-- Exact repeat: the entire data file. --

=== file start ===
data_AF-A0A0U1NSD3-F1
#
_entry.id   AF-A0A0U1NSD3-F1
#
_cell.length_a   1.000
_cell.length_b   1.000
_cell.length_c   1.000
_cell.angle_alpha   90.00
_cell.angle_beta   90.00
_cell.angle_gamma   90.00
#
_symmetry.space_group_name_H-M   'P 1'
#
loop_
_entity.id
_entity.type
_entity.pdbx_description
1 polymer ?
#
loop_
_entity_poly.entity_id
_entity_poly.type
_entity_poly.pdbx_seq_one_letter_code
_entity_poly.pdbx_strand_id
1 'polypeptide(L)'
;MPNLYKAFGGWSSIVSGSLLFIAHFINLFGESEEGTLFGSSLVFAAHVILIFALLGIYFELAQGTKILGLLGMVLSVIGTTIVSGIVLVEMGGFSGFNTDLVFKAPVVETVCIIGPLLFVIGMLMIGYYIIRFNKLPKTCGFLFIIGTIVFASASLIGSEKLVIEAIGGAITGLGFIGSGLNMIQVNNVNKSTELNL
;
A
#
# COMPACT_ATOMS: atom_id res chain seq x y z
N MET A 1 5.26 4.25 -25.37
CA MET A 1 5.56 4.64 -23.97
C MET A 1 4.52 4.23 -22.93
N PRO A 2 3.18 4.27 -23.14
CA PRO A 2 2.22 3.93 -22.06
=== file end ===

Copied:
data_AF-A0A0U1NSD3-F1
#
_entry.id   AF-A0A0U1NSD3-F1
#
_cell.length_a   1.000
_cell.length_b   1.000
_cell.length_c   1.000
_cell.angle_alpha   90.00
_cell.angle_beta   90.00
_cell.angle_gamma   90.00
#
_symmetry.space_group_name_H-M   'P 1'
#
loop_
_entity.id
_entity.type
_entity.pdbx_description
1 polymer ?
#
loop_
_entity_poly.entity_id
_entity_poly.type
_entity_poly.pdbx_seq_one_letter_code
_entity_poly.pdbx_strand_id
1 'polypeptide(L)'
;MPNLYKAFGGWSSIVSGSLLFIAHFINLFGESEEGTLFGSSLVFAAHVILIFALLGIYFELAQGTKILGLLGMVLSVIGTTIVSGIVLVEMGGFSGFNTDLVFKAPVVETVCIIGPLLFVIGMLMIGYYIIRFNKLPKTCGFLFIIGTIVFASASLIGSEKLVIEAIGGAITGLGFIGSGLNMIQVNNVNKSTELNL
;
A
#
# COMPACT_ATOMS: atom_id res chain seq x y z
N MET A 1 5.26 4.25 -25.37
CA MET A 1 5.56 4.64 -23.97
C MET A 1 4.52 4.23 -22.93
N PRO A 2 3.18 4.27 -23.14
CA PRO A 2 2.22 3.93 -22.06